This is all well and good if you are a large chain with lots of transactions. But imagine that you are a small, independent business owner with more and more people using their cards for purchases. That hurts your bottom line and the local economy. I say: stop the smallenfreuden trend before it starts. Better yet, ditch your rewards card. Even better, pay cash.

Responding to the Anthropocene: imagining the end of the world with or without us

This video – a lecture by Eduardo Viveriros de Castro – is one in the UC Davis Sawyer Seminar series.

It makes an ambitious attempt to link a lot of recent work on the Anthropocene, from Chakrabarty to Latour’s Gifford Lectures to the Accelerationism Manifesto. As such, it presumes a lot of knowledge in its references to recent academic conversations.

Because of this, the first bits may not interest everybody.  But it is all (eventually) situated against the idea of the “end of the world” as an anthropological question in the end. That part starts around the 40 minutes mark and moves into ways of thinking about nature/humans/and ‘the world’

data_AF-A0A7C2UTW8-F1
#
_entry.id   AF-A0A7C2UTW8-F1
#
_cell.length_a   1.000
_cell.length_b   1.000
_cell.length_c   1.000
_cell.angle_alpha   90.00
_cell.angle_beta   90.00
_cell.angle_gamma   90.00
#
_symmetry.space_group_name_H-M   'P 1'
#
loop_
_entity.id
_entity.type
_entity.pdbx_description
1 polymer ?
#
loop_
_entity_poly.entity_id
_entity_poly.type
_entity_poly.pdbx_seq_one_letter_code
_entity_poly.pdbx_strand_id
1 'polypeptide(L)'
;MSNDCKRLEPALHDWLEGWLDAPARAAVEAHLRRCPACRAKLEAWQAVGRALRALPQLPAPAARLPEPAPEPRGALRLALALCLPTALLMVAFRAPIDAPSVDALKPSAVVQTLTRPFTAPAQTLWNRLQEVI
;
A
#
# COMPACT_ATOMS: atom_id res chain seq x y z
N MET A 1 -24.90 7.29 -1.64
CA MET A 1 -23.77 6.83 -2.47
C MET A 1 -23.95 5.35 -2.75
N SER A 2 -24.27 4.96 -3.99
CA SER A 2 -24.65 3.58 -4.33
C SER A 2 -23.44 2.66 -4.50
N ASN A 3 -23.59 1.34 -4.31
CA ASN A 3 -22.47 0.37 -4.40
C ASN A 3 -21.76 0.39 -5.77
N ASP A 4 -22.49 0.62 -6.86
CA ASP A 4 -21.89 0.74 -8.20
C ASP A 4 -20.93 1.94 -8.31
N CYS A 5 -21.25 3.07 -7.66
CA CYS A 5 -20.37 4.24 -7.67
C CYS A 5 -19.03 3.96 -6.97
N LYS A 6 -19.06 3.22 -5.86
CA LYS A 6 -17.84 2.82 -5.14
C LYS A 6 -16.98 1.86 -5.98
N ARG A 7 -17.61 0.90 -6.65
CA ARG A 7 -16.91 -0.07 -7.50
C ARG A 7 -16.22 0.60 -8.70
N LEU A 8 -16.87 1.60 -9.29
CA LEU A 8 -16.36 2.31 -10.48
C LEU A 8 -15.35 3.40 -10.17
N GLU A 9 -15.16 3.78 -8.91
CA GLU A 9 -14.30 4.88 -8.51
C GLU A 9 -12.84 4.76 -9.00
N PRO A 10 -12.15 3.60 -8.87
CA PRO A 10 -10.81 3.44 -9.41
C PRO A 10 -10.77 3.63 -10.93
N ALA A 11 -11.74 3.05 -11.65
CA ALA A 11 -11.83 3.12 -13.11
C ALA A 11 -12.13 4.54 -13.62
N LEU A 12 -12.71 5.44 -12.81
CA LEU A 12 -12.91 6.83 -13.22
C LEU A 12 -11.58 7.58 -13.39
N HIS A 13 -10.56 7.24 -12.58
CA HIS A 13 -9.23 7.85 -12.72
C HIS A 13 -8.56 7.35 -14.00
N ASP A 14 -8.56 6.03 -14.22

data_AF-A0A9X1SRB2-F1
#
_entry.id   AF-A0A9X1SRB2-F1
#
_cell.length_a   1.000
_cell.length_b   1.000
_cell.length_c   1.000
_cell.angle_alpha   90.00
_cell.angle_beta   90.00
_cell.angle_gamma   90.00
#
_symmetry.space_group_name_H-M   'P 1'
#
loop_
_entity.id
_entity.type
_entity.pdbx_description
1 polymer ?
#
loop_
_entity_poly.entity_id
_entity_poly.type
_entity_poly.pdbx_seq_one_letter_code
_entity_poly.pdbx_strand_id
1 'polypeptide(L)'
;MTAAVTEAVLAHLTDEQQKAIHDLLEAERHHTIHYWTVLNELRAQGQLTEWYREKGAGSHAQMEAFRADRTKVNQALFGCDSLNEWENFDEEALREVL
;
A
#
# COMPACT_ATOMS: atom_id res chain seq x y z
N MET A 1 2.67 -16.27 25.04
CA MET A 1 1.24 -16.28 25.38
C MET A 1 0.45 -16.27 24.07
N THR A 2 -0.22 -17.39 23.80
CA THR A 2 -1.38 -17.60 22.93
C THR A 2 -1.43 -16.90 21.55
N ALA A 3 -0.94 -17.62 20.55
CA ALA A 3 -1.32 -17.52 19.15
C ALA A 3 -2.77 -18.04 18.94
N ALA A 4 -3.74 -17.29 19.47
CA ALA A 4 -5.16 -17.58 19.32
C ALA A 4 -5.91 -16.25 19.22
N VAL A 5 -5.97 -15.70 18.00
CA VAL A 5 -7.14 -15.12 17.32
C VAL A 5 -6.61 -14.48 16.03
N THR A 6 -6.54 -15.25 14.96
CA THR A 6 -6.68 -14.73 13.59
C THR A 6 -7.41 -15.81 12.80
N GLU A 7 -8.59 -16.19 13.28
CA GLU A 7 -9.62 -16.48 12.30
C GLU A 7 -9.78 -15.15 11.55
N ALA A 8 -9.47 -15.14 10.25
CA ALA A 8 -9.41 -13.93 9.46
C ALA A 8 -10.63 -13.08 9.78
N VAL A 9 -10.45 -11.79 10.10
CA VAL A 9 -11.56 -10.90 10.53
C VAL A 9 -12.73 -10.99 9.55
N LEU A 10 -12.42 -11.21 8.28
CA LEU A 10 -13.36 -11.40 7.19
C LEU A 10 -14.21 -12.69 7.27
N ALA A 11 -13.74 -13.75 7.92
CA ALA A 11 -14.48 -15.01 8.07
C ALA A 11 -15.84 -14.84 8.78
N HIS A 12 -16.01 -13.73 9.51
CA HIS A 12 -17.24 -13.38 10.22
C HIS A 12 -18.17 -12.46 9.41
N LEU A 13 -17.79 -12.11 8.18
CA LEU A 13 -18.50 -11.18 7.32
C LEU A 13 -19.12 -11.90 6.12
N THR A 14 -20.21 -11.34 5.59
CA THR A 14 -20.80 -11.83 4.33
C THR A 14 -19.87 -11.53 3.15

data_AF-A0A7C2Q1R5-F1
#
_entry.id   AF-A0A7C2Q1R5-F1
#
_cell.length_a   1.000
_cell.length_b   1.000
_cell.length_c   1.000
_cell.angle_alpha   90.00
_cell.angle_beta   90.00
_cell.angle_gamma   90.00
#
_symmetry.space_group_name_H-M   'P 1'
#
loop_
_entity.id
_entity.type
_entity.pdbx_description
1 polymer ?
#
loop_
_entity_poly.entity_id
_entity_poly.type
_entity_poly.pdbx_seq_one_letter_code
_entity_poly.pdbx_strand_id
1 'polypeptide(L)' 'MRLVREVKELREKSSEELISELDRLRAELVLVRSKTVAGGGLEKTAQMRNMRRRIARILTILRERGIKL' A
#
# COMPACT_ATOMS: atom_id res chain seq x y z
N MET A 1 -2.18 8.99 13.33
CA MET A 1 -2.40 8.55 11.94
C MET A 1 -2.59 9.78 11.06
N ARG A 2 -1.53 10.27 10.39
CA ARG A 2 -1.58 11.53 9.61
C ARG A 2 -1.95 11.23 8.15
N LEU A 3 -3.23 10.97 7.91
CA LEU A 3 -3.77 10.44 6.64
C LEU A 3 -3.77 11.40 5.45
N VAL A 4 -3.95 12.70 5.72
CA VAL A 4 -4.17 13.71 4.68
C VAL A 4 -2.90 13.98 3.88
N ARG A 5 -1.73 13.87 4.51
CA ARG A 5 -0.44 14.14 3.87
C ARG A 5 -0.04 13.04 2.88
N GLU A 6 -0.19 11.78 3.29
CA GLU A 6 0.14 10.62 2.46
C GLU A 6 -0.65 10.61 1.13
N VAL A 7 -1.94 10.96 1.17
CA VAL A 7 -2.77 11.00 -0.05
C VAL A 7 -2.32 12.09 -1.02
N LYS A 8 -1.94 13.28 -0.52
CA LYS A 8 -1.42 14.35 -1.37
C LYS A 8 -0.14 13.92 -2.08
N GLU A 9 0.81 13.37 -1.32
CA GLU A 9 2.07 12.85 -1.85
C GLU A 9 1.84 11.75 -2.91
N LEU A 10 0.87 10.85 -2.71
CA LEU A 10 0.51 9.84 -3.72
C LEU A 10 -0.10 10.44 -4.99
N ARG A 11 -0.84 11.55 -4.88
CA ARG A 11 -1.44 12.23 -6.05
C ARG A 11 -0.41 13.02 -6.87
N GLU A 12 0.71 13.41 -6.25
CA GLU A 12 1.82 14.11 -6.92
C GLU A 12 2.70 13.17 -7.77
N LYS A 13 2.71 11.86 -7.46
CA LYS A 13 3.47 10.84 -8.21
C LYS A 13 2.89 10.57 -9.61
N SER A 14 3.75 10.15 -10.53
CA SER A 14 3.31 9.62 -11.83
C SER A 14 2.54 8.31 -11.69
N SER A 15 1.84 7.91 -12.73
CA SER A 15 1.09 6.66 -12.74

Click here.

Race, politics and the biosocial being

There has been a lot of controversy over Jason Richwine’s work on race lately (in short, he sought to link IQ and race in his PhD thesis and then, it would seem, in some work on U.S. immigration. If you want the Cole’s notes (that is, the Colbert notes) have a quick watch of Stephen Colbert May 15 show, which is really quite good. View in America here, Canada here, elsewhere, I’m not sure.